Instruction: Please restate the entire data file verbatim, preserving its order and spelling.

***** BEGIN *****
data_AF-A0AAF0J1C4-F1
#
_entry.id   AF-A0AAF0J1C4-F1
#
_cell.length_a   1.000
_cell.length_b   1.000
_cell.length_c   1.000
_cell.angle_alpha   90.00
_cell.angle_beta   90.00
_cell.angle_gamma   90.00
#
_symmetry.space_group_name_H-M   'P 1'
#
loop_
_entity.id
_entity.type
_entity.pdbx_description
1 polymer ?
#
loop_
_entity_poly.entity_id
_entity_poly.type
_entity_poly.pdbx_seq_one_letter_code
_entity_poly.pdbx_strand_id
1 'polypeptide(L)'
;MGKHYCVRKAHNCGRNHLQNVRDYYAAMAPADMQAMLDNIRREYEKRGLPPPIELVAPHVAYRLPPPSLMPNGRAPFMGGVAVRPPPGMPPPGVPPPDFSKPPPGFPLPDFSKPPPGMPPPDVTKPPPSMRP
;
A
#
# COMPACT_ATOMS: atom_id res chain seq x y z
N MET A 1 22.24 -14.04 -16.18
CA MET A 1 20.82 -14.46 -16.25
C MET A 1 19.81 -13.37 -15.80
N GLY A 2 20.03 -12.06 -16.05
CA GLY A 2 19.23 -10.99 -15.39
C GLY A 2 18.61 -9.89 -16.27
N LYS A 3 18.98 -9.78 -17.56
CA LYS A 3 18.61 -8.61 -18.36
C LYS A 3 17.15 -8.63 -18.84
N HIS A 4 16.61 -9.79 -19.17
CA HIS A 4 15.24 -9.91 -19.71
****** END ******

data_AF-A0AAF0J1C4-F1
#
_entry.id   AF-A0AAF0J1C4-F1
#
_cell.length_a   1.000
_cell.length_b   1.000
_cell.length_c   1.000
_cell.angle_alpha   90.00
_cell.angle_beta   90.00
_cell.angle_gamma   90.00
#
_symmetry.space_group_name_H-M   'P 1'
#
loop_
_entity.id
_entity.type
_entity.pdbx_description
1 polymer ?
#
loop_
_entity_poly.entity_id
_entity_poly.type
_entity_poly.pdbx_seq_one_letter_code
_entity_poly.pdbx_strand_id
1 'polypeptide(L)'
;MGKHYCVRKAHNCGRNHLQNVRDYYAAMAPADMQAMLDNIRREYEKRGLPPPIELVAPHVAYRLPPPSLMPNGRAPFMGGVAVRPPPGMPPPGVPPPDFSKPPPGFPLPDFSKPPPGMPPPDVTKPPPSMRP
;
A
#
# COMPACT_ATOMS: atom_id res chain seq x y z
N MET A 1 22.24 -14.04 -16.18
CA MET A 1 20.82 -14.46 -16.25
C MET A 1 19.81 -13.37 -15.80
N GLY A 2 20.03 -12.06 -16.05
CA GLY A 2 19.23 -10.99 -15.39
C GLY A 2 18.61 -9.89 -16.27
N LYS A 3 18.98 -9.78 -17.56
CA LYS A 3 18.61 -8.61 -18.36
C LYS A 3 17.15 -8.63 -18.84
N HIS A 4 16.61 -9.79 -19.17
CA HIS A 4 15.24 -9.91 -19.71